Thank you Mara for such a thoughtful and honest post. Indeed, it is rarely really about the technology itself. -Annie
I thought I could get us started, though those who've read my book know I’ve already written quite a bit about my births and what a good birth means to me. But I had a couple of new reflections to add, so here goes.
One of the first things we asked women who participated in The Good Birth Project is when they thought birth begins and when it ends (as you might imagine, answers varied widely). But it is something I never really asked (or tried to answer) myself, though I leaned toward the idea that birth stretches out way beyond the physical emergence of our babies, beyond the hospital stay, well into our lives in both directions.
Just last week though I started putting together Will (my fourth)’s baby book – the urge to do so consistently accompanying the pending arrival of a new sib (at 25+ weeks now I figured I needed to get to it). As I sifted through the powder blue box that held everything from photos to scribbles from friends to hospital wrist-bands, two things struck me. First was that maybe the book-making ritual marks an end to Will’s birth for me – I finally feel like I’m in space where I can look back on it and tell a story that feels whole. We tell our birth stories again and again – but it has seemed to me that it can be a while before they really take shape and we settle in with them. Making (and, I suppose) writing books has been a way that I’ve figured out what my children’s births mean to me. Indeed, it was part of the inspiration for this your-story forum – to create a space where anyone moved to do so can write.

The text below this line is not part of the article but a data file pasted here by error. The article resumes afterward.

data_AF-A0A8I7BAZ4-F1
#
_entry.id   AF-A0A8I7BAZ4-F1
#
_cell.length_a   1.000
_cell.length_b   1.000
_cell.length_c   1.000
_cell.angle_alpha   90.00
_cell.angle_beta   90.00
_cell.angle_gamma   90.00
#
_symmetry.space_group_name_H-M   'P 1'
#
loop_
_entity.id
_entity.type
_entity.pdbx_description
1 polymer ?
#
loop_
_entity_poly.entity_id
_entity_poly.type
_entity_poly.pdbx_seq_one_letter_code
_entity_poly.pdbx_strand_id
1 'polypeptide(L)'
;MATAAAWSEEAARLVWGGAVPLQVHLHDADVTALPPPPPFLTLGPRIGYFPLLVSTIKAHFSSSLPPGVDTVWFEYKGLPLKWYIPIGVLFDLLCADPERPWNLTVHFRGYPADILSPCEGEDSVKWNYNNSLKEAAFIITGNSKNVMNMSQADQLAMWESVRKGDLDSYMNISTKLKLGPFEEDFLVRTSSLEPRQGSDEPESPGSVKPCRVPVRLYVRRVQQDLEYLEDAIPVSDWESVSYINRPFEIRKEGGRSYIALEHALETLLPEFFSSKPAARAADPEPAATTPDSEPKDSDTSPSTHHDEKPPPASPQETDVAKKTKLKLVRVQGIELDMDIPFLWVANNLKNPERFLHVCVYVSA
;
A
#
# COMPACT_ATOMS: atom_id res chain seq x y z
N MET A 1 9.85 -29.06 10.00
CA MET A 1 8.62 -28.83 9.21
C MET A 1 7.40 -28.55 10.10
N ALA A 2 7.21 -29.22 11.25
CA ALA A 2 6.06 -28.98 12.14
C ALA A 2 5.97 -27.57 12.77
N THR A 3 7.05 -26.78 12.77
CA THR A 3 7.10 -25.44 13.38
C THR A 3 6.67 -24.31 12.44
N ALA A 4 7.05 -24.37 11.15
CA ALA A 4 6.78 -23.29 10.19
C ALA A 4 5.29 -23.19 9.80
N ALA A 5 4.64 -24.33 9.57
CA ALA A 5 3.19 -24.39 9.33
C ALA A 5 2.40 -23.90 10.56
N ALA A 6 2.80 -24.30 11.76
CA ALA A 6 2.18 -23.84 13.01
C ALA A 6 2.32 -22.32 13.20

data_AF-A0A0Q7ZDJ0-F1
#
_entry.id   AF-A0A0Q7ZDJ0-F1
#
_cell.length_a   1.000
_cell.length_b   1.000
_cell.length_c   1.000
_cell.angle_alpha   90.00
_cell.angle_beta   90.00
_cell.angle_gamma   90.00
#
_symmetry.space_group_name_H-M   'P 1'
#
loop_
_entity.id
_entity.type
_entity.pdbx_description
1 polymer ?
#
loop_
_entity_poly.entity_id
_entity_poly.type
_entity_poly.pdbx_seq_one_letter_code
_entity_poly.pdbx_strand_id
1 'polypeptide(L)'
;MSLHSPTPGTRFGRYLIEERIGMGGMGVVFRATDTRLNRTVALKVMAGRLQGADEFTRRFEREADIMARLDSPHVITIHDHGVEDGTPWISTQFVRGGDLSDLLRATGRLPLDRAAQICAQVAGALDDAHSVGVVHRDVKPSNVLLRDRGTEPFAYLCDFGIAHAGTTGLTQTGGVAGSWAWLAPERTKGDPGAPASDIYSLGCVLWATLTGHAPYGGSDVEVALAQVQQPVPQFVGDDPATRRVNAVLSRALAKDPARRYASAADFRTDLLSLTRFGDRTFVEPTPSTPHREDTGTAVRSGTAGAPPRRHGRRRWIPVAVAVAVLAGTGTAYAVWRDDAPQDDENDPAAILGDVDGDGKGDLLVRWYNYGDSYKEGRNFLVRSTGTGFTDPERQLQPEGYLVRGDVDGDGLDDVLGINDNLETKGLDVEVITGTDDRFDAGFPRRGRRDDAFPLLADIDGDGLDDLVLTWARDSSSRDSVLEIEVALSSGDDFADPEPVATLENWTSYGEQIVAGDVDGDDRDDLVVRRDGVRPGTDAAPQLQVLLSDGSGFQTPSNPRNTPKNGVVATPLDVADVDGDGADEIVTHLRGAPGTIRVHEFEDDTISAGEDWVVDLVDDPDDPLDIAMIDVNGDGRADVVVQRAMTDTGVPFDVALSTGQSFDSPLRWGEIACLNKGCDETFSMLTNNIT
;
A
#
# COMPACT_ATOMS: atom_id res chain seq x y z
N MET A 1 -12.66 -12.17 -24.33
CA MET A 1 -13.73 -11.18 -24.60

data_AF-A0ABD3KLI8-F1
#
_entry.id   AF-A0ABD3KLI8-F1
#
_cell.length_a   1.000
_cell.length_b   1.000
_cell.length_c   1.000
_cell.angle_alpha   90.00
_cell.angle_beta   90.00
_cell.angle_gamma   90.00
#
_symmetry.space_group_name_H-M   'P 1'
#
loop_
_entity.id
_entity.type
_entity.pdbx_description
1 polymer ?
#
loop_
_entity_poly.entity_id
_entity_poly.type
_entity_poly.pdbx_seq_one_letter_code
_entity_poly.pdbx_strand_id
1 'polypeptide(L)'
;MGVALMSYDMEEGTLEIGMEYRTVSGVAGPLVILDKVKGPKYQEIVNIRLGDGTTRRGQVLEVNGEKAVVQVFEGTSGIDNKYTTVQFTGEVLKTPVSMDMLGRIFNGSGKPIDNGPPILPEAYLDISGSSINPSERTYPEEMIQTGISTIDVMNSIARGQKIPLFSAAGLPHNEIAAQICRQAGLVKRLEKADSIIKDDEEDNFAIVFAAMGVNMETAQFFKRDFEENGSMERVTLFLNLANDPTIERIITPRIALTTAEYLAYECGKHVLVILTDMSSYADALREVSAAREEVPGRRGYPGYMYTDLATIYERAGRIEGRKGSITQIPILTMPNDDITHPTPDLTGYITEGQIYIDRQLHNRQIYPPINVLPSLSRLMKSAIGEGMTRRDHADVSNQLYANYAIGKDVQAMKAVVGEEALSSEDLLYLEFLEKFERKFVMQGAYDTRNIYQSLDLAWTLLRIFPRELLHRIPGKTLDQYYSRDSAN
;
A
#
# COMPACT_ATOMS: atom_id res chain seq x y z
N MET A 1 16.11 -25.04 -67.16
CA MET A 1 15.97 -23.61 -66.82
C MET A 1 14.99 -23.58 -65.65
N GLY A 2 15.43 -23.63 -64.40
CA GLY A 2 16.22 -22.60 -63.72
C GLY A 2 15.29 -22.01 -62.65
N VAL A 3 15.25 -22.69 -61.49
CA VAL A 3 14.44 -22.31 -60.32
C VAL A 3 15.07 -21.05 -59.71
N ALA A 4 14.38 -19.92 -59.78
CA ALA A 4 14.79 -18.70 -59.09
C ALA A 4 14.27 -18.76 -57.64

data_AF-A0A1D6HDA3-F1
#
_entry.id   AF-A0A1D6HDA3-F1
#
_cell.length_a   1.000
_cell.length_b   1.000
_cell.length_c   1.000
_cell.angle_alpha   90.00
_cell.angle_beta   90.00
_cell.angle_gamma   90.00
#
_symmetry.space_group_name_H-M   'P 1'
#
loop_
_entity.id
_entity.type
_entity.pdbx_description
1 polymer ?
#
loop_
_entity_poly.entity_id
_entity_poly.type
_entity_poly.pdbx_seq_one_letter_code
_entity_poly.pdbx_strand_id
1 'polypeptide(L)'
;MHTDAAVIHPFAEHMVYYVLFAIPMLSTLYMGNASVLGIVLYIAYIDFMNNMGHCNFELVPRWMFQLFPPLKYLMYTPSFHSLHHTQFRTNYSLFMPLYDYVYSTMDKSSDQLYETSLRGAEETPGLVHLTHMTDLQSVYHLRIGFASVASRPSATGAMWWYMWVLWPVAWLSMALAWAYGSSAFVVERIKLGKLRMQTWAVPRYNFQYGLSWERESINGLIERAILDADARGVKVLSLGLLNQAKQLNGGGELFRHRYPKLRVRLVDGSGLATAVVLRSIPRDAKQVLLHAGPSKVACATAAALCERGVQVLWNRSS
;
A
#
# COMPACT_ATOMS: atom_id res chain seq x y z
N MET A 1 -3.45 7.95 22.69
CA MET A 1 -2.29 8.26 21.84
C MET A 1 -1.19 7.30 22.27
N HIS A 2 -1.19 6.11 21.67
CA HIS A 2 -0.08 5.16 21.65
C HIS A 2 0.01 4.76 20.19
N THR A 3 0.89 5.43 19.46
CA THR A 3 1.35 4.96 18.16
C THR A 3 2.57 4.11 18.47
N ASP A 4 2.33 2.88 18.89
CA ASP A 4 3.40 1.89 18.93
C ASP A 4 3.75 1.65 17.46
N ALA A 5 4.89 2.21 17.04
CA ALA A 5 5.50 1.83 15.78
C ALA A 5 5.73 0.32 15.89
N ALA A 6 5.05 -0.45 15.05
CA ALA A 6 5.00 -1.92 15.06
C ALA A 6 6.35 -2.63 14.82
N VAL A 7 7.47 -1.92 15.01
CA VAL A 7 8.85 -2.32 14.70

The other thing that struck me was a picture I found – I don’t remember ever seeing it before but it brought back a flood of memories. I’m inclined to post it to my fb page, with some trepidation for the intimacy it reveals. It is a photo snapped of the first moment I laid eyes and lips on Will. People talk about feeling helpless and strapped down during their cesareans – but that was never my experience. The drapes and tubes and OR din seemed to melt away in that moment as a nurse – who you can hardly see – held us cheek-to-cheek. Such was – with each of my boys – among the sweetest moments of my life. It was not the classic slippery skin-to-skin euphoria that is so often idealized (and is certainly ideal for some) – but it is my very first moment and I will never forget the way it felt. When I interviewed women it was so refreshing to me to hear that however they give birth, first moments are as unique as the women and babies who experience them – and with empathic help from supportive caregivers and loved ones, we all can find our own good in birth if we let ourselves do so. I’d love to hear about more first moments, or anything else you’d like to share.